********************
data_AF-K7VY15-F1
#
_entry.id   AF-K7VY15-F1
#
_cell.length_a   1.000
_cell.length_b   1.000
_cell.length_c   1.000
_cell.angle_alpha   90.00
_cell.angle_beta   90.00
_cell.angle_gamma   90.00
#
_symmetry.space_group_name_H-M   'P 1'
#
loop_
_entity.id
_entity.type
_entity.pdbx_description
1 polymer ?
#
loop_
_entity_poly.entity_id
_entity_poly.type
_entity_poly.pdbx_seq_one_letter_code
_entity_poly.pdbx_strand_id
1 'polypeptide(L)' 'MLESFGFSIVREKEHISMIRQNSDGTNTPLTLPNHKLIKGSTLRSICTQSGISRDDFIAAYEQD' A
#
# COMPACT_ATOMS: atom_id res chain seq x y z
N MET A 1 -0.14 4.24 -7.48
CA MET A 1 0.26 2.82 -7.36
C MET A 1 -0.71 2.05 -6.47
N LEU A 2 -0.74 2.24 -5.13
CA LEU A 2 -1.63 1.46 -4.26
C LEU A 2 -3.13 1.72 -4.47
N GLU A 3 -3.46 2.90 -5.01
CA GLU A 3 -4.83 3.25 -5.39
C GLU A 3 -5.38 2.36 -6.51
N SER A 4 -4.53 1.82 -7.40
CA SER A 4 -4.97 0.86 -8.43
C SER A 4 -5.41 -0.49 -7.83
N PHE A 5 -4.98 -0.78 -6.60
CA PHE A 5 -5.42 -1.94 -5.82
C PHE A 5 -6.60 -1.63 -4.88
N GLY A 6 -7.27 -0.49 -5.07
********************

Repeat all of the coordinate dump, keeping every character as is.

data_AF-K7VY15-F1
#
_entry.id   AF-K7VY15-F1
#
_cell.length_a   1.000
_cell.length_b   1.000
_cell.length_c   1.000
_cell.angle_alpha   90.00
_cell.angle_beta   90.00
_cell.angle_gamma   90.00
#
_symmetry.space_group_name_H-M   'P 1'
#
loop_
_entity.id
_entity.type
_entity.pdbx_description
1 polymer ?
#
loop_
_entity_poly.entity_id
_entity_poly.type
_entity_poly.pdbx_seq_one_letter_code
_entity_poly.pdbx_strand_id
1 'polypeptide(L)' 'MLESFGFSIVREKEHISMIRQNSDGTNTPLTLPNHKLIKGSTLRSICTQSGISRDDFIAAYEQD' A
#
# COMPACT_ATOMS: atom_id res chain seq x y z
N MET A 1 -0.14 4.24 -7.48
CA MET A 1 0.26 2.82 -7.36
C MET A 1 -0.71 2.05 -6.47
N LEU A 2 -0.74 2.24 -5.13
CA LEU A 2 -1.63 1.46 -4.26
C LEU A 2 -3.13 1.72 -4.47
N GLU A 3 -3.46 2.90 -5.01
CA GLU A 3 -4.83 3.25 -5.39
C GLU A 3 -5.38 2.36 -6.51
N SER A 4 -4.53 1.82 -7.40
CA SER A 4 -4.97 0.86 -8.43
C SER A 4 -5.41 -0.49 -7.83
N PHE A 5 -4.98 -0.78 -6.60
CA PHE A 5 -5.42 -1.94 -5.82
C PHE A 5 -6.60 -1.63 -4.88
N GLY A 6 -7.27 -0.49 -5.07